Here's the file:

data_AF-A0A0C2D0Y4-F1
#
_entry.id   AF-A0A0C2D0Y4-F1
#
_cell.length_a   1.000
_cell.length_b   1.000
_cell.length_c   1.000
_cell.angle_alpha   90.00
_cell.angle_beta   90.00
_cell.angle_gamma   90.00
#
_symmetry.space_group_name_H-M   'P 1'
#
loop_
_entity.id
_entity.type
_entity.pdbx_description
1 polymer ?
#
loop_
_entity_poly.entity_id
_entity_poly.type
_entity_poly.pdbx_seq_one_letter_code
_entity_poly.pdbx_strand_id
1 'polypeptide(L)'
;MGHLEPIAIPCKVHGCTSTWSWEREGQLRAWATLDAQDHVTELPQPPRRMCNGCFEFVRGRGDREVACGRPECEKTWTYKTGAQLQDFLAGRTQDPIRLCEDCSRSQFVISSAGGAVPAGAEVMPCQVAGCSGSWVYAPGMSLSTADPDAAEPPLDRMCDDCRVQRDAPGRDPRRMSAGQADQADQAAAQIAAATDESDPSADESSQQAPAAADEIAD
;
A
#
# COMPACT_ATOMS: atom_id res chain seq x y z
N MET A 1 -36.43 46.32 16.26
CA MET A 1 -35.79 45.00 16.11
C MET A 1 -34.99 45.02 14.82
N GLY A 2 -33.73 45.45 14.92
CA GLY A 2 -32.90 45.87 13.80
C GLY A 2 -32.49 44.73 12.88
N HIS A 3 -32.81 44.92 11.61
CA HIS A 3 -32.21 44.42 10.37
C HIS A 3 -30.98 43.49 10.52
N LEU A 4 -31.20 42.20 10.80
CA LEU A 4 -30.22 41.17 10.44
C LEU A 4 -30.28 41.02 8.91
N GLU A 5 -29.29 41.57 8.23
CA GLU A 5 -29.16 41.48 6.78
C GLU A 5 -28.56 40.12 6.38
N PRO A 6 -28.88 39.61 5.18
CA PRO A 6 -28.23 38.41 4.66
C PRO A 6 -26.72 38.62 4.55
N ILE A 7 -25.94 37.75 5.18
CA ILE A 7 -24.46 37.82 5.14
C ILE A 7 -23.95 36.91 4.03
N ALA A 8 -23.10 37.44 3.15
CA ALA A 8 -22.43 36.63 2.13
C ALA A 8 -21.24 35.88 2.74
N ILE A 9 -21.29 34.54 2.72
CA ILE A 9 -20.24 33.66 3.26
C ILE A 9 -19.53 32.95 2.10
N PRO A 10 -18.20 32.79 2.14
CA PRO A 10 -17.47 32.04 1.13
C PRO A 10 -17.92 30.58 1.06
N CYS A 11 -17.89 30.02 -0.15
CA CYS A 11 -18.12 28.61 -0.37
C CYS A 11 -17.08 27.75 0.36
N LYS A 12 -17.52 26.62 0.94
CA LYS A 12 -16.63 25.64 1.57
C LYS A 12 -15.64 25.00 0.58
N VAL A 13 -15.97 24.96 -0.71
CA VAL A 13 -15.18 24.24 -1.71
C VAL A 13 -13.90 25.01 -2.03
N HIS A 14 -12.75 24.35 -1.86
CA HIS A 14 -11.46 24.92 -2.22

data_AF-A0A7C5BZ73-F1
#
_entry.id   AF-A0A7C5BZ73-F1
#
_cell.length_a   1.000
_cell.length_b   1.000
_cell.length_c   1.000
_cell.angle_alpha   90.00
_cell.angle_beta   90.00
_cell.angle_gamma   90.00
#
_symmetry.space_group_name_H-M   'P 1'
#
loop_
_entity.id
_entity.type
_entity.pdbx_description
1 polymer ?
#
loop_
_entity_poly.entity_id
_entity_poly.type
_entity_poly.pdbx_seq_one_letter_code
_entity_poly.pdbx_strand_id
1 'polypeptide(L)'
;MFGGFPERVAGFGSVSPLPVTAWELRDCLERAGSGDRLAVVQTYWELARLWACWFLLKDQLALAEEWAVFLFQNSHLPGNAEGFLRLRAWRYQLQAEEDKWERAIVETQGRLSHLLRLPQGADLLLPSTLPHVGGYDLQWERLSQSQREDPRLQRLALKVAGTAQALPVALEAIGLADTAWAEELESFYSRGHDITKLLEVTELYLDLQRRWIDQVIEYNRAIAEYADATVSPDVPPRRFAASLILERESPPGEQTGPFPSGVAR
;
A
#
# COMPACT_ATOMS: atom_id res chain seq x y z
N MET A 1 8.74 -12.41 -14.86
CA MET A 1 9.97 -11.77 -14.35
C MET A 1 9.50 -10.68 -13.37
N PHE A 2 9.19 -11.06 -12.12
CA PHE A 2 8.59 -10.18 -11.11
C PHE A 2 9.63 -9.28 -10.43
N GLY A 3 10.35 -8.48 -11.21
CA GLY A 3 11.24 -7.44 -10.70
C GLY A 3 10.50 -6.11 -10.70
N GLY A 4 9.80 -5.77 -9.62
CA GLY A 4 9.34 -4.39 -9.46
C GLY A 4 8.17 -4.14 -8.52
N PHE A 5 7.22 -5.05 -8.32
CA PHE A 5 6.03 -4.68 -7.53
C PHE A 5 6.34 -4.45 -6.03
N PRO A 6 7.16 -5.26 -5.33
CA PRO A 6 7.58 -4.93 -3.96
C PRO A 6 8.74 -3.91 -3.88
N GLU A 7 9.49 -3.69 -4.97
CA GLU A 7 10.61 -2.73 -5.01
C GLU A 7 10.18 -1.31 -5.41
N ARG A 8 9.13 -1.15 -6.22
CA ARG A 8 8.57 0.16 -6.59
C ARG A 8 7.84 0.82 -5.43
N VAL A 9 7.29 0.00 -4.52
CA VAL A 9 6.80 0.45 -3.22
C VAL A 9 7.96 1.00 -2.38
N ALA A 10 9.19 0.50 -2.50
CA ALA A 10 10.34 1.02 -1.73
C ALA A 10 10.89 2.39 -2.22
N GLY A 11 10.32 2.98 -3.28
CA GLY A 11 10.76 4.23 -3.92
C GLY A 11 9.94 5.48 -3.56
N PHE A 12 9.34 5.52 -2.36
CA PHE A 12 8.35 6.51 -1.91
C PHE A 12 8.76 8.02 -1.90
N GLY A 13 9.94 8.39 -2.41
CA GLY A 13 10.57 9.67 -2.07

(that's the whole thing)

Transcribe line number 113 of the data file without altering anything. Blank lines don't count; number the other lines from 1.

C GLY A 4 8.17 -4.14 -8.52